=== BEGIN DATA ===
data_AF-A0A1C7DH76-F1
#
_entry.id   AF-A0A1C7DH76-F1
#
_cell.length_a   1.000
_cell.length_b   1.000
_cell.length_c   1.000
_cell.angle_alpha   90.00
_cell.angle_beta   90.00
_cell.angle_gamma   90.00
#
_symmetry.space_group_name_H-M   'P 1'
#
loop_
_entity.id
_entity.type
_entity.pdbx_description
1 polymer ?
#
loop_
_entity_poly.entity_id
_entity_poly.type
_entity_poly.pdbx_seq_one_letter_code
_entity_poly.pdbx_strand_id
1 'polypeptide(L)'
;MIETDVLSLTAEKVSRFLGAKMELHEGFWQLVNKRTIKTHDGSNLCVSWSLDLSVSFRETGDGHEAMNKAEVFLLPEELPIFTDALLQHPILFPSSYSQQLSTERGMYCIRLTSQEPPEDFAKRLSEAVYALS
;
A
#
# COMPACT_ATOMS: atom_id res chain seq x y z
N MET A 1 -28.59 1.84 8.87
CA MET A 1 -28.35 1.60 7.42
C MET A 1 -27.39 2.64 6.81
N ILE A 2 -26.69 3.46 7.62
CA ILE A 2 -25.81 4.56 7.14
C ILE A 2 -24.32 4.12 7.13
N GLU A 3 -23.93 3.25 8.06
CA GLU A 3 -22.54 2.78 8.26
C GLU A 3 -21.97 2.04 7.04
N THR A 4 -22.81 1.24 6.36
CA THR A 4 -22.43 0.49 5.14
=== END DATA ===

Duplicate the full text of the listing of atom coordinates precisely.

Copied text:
data_AF-A0A1C7DH76-F1
#
_entry.id   AF-A0A1C7DH76-F1
#
_cell.length_a   1.000
_cell.length_b   1.000
_cell.length_c   1.000
_cell.angle_alpha   90.00
_cell.angle_beta   90.00
_cell.angle_gamma   90.00
#
_symmetry.space_group_name_H-M   'P 1'
#
loop_
_entity.id
_entity.type
_entity.pdbx_description
1 polymer ?
#
loop_
_entity_poly.entity_id
_entity_poly.type
_entity_poly.pdbx_seq_one_letter_code
_entity_poly.pdbx_strand_id
1 'polypeptide(L)'
;MIETDVLSLTAEKVSRFLGAKMELHEGFWQLVNKRTIKTHDGSNLCVSWSLDLSVSFRETGDGHEAMNKAEVFLLPEELPIFTDALLQHPILFPSSYSQQLSTERGMYCIRLTSQEPPEDFAKRLSEAVYALS
;
A
#
# COMPACT_ATOMS: atom_id res chain seq x y z
N MET A 1 -28.59 1.84 8.87
CA MET A 1 -28.35 1.60 7.42
C MET A 1 -27.39 2.64 6.81
N ILE A 2 -26.69 3.46 7.62
CA ILE A 2 -25.81 4.56 7.14
C ILE A 2 -24.32 4.12 7.13
N GLU A 3 -23.93 3.25 8.06
CA GLU A 3 -22.54 2.78 8.26
C GLU A 3 -21.97 2.04 7.04
N THR A 4 -22.81 1.24 6.36
CA THR A 4 -22.43 0.49 5.14